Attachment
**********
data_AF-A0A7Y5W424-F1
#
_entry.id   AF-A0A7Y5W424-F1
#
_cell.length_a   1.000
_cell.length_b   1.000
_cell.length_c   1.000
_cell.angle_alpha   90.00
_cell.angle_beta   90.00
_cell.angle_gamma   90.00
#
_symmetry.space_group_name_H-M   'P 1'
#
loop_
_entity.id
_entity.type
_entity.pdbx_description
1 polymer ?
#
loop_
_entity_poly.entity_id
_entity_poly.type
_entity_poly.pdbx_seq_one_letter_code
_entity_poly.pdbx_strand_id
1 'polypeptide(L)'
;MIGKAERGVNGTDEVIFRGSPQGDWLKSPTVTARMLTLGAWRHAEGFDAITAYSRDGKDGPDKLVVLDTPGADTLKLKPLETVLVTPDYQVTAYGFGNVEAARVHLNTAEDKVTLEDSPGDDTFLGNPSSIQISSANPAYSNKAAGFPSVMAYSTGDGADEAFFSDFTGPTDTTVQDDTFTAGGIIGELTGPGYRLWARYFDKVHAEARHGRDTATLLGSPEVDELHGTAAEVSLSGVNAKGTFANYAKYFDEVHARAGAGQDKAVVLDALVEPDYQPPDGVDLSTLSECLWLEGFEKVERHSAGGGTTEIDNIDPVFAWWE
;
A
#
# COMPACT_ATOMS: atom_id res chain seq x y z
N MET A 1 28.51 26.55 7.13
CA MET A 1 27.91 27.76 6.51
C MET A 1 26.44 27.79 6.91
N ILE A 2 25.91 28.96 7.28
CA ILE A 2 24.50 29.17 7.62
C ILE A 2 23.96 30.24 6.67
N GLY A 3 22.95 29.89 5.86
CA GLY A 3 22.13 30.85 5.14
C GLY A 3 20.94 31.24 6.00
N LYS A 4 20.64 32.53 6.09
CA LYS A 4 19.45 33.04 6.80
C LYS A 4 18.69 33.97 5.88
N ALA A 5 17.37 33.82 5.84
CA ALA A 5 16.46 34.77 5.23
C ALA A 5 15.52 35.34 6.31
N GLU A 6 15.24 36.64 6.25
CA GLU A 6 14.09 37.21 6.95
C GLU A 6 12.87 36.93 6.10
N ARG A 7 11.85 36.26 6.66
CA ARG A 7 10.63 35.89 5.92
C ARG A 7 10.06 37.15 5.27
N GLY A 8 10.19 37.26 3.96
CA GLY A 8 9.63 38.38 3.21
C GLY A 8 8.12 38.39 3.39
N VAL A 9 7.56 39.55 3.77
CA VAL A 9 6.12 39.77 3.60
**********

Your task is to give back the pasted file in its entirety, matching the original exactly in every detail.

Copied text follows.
data_AF-A0A7Y5W424-F1
#
_entry.id   AF-A0A7Y5W424-F1
#
_cell.length_a   1.000
_cell.length_b   1.000
_cell.length_c   1.000
_cell.angle_alpha   90.00
_cell.angle_beta   90.00
_cell.angle_gamma   90.00
#
_symmetry.space_group_name_H-M   'P 1'
#
loop_
_entity.id
_entity.type
_entity.pdbx_description
1 polymer ?
#
loop_
_entity_poly.entity_id
_entity_poly.type
_entity_poly.pdbx_seq_one_letter_code
_entity_poly.pdbx_strand_id
1 'polypeptide(L)'
;MIGKAERGVNGTDEVIFRGSPQGDWLKSPTVTARMLTLGAWRHAEGFDAITAYSRDGKDGPDKLVVLDTPGADTLKLKPLETVLVTPDYQVTAYGFGNVEAARVHLNTAEDKVTLEDSPGDDTFLGNPSSIQISSANPAYSNKAAGFPSVMAYSTGDGADEAFFSDFTGPTDTTVQDDTFTAGGIIGELTGPGYRLWARYFDKVHAEARHGRDTATLLGSPEVDELHGTAAEVSLSGVNAKGTFANYAKYFDEVHARAGAGQDKAVVLDALVEPDYQPPDGVDLSTLSECLWLEGFEKVERHSAGGGTTEIDNIDPVFAWWE
;
A
#
# COMPACT_ATOMS: atom_id res chain seq x y z
N MET A 1 28.51 26.55 7.13
CA MET A 1 27.91 27.76 6.51
C MET A 1 26.44 27.79 6.91
N ILE A 2 25.91 28.96 7.28
CA ILE A 2 24.50 29.17 7.62
C ILE A 2 23.96 30.24 6.67
N GLY A 3 22.95 29.89 5.86
CA GLY A 3 22.13 30.85 5.14
C GLY A 3 20.94 31.24 6.00
N LYS A 4 20.64 32.53 6.09
CA LYS A 4 19.45 33.04 6.80
C LYS A 4 18.69 33.97 5.88
N ALA A 5 17.37 33.82 5.84
CA ALA A 5 16.46 34.77 5.23
C ALA A 5 15.52 35.34 6.31
N GLU A 6 15.24 36.64 6.25
CA GLU A 6 14.09 37.21 6.95
C GLU A 6 12.87 36.93 6.10
N ARG A 7 11.85 36.26 6.66
CA ARG A 7 10.63 35.89 5.92
C ARG A 7 10.06 37.15 5.27
N GLY A 8 10.19 37.26 3.96
CA GLY A 8 9.63 38.38 3.21
C GLY A 8 8.12 38.39 3.39
N VAL A 9 7.56 39.55 3.77
CA VAL A 9 6.12 39.77 3.60